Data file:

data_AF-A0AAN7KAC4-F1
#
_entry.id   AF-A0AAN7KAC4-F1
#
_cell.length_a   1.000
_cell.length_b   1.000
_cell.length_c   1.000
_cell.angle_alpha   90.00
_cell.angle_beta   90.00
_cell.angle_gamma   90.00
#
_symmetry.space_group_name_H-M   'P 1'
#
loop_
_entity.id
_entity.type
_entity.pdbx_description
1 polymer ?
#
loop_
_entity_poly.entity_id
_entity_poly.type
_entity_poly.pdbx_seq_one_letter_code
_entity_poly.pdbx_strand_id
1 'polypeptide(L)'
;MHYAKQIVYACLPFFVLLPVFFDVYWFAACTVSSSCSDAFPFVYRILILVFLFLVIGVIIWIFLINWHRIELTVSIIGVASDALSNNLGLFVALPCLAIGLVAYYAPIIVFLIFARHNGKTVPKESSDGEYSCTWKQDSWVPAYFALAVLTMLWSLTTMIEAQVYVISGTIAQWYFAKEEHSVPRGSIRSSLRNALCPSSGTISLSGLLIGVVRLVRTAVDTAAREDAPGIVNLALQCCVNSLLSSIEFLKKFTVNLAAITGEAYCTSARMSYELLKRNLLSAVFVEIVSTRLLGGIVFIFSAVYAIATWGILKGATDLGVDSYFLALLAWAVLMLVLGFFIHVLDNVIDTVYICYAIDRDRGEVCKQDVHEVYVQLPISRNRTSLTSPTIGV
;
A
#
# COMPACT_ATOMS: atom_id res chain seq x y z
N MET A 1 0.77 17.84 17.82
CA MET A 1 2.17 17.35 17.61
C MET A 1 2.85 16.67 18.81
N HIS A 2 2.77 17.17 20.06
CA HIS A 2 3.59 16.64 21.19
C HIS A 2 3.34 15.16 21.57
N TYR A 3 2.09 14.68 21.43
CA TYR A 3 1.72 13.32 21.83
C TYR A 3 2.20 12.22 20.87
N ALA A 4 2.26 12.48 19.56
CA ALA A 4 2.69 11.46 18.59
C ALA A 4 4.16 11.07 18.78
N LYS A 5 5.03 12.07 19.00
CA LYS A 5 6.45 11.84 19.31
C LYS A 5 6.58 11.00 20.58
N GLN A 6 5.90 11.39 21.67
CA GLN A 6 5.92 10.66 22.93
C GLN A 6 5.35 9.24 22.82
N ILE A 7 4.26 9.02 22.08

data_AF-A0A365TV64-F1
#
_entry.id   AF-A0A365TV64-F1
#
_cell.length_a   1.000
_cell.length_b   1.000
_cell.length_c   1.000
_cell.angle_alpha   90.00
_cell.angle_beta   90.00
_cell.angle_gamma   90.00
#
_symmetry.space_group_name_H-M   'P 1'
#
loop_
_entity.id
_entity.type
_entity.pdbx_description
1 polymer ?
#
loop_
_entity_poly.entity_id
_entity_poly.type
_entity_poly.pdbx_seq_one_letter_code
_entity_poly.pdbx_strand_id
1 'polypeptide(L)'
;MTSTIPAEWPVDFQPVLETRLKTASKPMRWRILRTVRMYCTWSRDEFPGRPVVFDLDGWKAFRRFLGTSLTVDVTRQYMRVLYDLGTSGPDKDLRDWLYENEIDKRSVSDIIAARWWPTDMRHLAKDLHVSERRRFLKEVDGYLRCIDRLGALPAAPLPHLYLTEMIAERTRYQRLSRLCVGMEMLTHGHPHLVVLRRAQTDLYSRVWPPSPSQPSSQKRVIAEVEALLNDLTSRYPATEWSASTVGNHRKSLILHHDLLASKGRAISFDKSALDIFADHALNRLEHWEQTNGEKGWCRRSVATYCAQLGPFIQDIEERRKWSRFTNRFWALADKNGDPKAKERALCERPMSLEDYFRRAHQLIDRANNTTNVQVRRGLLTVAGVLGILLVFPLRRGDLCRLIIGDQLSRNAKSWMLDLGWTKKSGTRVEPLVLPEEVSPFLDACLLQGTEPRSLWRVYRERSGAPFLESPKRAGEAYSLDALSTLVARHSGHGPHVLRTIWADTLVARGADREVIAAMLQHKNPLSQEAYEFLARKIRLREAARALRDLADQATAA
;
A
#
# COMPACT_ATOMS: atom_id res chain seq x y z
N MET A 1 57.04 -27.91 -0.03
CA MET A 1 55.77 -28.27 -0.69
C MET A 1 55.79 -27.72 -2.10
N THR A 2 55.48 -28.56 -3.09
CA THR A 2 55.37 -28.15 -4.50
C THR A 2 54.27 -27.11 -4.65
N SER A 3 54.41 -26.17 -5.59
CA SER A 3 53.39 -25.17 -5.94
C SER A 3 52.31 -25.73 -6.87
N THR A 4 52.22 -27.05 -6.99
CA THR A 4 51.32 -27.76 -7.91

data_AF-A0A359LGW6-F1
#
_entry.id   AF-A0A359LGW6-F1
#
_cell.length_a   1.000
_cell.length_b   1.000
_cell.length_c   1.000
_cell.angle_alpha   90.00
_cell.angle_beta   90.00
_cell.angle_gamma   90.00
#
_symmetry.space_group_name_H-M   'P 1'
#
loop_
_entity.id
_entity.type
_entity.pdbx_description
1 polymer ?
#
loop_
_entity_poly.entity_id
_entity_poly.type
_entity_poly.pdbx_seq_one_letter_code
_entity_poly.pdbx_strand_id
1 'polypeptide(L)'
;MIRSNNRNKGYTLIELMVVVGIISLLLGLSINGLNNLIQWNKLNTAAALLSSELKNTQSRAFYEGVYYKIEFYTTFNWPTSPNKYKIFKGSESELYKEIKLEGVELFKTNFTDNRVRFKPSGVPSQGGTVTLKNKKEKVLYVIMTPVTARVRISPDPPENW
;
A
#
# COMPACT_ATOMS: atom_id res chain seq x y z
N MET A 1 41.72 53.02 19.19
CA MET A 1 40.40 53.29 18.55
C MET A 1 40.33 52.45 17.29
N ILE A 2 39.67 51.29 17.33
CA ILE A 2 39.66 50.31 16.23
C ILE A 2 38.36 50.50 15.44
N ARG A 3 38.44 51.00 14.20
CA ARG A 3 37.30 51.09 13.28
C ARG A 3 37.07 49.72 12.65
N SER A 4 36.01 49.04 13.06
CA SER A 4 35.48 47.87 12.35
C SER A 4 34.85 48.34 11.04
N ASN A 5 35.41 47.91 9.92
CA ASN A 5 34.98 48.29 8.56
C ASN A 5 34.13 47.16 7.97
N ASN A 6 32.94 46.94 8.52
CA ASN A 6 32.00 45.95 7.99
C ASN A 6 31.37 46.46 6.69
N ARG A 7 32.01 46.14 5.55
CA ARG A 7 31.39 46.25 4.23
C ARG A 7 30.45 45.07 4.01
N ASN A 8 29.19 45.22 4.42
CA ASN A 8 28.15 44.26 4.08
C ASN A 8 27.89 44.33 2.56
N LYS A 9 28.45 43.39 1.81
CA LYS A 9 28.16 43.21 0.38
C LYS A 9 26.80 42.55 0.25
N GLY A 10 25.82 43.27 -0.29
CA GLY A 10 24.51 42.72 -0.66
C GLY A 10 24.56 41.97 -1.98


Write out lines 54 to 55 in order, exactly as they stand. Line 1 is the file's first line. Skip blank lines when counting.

_cell.length_a   1.000
_cell.length_b   1.000